What should Bowie do with an old horse racetrack?

Within the next year, the city of Bowie, Maryland, is set to take ownership of a horse racetrack that was once a jewel in the industry. (WTOP/John Domen)

Within the next year, the city of Bowie, Maryland, is set to take ownership of a horse racetrack that was once a jewel in the industry.

The track later became a training center, but now it sits abandoned.

Bowie leaders are trying to figure out what to do with the site; it straddles Race Track Road and backs up to the Patuxent River and the Anne Arundel County line.

The land, which is almost 200 acres, also comes with a few strings attached.

For one, the city has to enter into a joint-use agreement with Bowie State University, which both sides see as a positive that will strengthen ties between the two communities. And, the land has to be used for recreation, which can be defined in a lot of ways.

“Where the track itself sits, it’s just really wide-open, flat land; and really, the obvious uses there would be ball fields and that type of thing,” said Joe Meinert, the Bowie’s director of Planning and Sustainability.

“We’re looking to grow recreational space that our students could use for intramural kinds of activities, to expand the range of sporting opportunities that we could make available to them,” said Cassandra Robinson, Bowie State’s director of University Relations. “So space that could allow for new types of ball fields that we don’t have on campus currently.”

She also said that there’s interest in possibly building a facility that the school’s ROTC program and other members of the community could use, too.

Bowie leaders are trying to figure out what to do with the site; it straddles Race Track Road and backs up to the Patuxent River and the Anne Arundel County line. (WTOP/John Domen)

Land that sits along the Patuxent River, which is shallow and almost marshy in that area, must also be used for passive recreation, but even that still leaves many opportunities.

“Our natural sciences department is doing a lot of work in that area, as well as in exploring new agricultural techniques,” Robinson said. “So, space that would allow to expand and have more opportunities for some hands-on projects that would get our students out into the environment for real experiences.”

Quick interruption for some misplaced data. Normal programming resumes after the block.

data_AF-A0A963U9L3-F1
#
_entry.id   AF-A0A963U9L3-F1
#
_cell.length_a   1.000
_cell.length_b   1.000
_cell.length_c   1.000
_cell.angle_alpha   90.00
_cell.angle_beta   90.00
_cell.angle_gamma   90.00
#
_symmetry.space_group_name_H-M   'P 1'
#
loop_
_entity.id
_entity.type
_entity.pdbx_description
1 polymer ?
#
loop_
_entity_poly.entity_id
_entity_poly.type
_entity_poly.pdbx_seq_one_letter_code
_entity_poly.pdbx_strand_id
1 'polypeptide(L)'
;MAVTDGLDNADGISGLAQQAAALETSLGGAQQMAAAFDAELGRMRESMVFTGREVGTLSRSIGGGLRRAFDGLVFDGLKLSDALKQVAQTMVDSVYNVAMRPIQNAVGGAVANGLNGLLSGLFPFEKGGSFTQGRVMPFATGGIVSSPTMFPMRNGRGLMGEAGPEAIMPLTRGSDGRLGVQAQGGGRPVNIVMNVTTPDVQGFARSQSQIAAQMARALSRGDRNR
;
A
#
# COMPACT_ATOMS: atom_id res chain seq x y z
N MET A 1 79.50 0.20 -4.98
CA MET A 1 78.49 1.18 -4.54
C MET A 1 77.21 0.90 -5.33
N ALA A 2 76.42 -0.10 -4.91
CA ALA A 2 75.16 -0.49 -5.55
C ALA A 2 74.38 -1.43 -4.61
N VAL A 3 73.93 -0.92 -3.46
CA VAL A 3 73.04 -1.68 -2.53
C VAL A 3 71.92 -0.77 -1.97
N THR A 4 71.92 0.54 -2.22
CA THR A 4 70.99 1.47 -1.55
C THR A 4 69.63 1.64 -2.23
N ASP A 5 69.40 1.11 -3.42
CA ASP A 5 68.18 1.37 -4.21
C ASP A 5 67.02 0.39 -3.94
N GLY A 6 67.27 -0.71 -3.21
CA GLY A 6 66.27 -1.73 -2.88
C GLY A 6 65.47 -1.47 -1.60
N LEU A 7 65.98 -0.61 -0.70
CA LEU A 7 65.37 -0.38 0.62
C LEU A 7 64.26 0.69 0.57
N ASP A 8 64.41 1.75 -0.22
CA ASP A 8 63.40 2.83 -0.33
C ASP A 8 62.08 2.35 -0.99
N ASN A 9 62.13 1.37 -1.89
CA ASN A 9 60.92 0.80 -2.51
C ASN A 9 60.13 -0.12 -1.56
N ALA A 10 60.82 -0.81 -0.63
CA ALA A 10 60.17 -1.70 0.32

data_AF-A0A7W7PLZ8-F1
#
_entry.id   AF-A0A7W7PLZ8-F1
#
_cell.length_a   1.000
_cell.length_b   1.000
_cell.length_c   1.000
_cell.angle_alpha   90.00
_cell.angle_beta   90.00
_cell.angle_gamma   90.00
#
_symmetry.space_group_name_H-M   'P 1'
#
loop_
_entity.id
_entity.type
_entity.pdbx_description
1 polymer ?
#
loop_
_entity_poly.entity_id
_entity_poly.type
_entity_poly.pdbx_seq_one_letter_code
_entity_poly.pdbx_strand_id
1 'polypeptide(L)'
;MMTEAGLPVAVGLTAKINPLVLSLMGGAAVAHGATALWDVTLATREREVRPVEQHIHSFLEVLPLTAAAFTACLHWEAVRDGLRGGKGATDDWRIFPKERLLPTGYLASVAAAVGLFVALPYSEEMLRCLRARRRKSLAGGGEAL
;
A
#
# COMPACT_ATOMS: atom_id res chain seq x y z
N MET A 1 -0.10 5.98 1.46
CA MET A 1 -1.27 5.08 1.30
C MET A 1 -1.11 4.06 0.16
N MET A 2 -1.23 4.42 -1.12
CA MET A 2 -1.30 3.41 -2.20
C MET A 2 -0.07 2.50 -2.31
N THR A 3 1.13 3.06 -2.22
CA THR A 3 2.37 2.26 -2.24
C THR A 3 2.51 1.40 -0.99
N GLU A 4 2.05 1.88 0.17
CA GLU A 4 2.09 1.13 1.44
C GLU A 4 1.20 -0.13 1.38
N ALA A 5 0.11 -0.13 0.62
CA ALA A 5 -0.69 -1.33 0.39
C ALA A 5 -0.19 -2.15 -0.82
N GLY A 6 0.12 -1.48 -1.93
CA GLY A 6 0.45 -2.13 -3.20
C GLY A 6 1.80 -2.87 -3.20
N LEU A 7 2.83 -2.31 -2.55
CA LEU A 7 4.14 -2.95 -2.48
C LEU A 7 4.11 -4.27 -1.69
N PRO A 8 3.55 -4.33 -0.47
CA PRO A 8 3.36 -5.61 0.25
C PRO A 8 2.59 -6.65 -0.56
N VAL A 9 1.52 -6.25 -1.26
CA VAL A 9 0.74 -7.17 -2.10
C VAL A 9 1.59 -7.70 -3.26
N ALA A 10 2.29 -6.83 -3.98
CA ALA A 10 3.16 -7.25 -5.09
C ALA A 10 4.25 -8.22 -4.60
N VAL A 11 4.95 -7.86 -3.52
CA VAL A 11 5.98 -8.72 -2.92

Meinert said there has also been discussion about building trails along the water, including possibly connecting to the Washington, Baltimore and Annapolis Trail, which runs nearby; or even doing something for horseback riding and keeping some connection to the history of horses.

The county’s Park and Planning Department is looking at ways to improve access to the water, and launching spots for kayaks is also being discussed. However, it is too early to say if that stretch of river is even conducive to those types of activities.

“It’s a very rare opportunity,” Meinert said.



A workshop was held over the weekend to solicit more community input; a couple of thousand people have chimed in with ideas.

Bowie is also taking input online through Dec. 20. The goal is to have a concept for the property ready for discussion in July 2023.

“How that gets shaped, what that looks like, and some other ideas that might come to the table is what we’re really interested in hearing,” Robinson said.

Bowie State University sits just outside the city boundaries, and for years, there really wasn’t much of a relationship between the city and the school, but that has started to change.

“We’re really excited about how the partnership and the synergy between what the city is thinking about and what we’re thinking about. We think that they’re very well-aligned,” Robinson said.

“We’re really proud of being able to be able to collaborate with the city of Bowie on this project. We see it as a great opportunity for both the city and the university to come away with new amenities that were not available to us in the past.”

John Domen

John started working at WTOP in 2016 after having grown up in Maryland listening to the station as a child. While he got his on-air start at small stations in Pennsylvania and Delaware, he's spent most of his career in the D.C. area, having been heard on several local stations before coming to WTOP.

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